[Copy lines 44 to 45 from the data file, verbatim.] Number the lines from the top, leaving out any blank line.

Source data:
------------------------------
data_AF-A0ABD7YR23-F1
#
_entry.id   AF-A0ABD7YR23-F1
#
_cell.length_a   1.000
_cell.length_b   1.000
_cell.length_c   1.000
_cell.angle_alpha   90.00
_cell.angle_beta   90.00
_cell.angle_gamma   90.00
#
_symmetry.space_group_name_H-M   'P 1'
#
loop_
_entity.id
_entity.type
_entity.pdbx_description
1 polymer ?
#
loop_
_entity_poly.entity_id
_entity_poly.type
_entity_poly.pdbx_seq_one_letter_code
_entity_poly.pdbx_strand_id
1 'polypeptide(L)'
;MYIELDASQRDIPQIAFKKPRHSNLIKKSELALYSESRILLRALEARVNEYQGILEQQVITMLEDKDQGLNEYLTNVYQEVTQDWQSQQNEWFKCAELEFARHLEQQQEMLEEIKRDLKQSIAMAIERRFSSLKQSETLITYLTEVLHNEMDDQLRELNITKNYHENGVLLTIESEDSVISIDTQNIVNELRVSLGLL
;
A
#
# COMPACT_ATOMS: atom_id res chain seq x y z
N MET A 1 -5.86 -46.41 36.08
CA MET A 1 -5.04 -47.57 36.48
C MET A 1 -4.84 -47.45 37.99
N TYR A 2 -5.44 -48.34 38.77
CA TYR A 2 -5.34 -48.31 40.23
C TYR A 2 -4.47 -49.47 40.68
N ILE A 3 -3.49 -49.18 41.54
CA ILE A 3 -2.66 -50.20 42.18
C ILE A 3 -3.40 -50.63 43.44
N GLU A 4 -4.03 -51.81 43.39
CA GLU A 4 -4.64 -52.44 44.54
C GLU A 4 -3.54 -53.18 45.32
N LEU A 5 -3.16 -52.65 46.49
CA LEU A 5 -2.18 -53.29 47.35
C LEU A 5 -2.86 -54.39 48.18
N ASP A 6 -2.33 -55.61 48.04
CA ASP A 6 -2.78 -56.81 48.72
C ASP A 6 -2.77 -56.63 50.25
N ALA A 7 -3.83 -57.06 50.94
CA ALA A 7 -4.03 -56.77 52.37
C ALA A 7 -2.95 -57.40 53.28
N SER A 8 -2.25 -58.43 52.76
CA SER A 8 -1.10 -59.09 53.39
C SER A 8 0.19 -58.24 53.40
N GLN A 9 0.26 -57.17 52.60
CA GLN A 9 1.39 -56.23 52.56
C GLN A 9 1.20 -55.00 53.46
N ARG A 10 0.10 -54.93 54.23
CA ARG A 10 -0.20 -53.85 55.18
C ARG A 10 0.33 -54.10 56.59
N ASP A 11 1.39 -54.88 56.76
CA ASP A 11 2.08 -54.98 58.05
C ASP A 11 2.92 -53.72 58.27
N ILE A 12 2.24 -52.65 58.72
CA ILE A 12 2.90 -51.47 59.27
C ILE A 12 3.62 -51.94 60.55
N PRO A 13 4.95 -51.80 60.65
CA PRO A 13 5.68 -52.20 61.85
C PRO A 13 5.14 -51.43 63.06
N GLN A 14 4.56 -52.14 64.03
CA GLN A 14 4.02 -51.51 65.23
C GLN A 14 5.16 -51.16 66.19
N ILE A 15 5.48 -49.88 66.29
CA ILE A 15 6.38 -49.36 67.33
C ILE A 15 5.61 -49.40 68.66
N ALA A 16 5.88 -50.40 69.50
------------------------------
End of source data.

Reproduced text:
CA LEU A 5 -2.18 -53.29 47.35
C LEU A 5 -2.86 -54.39 48.18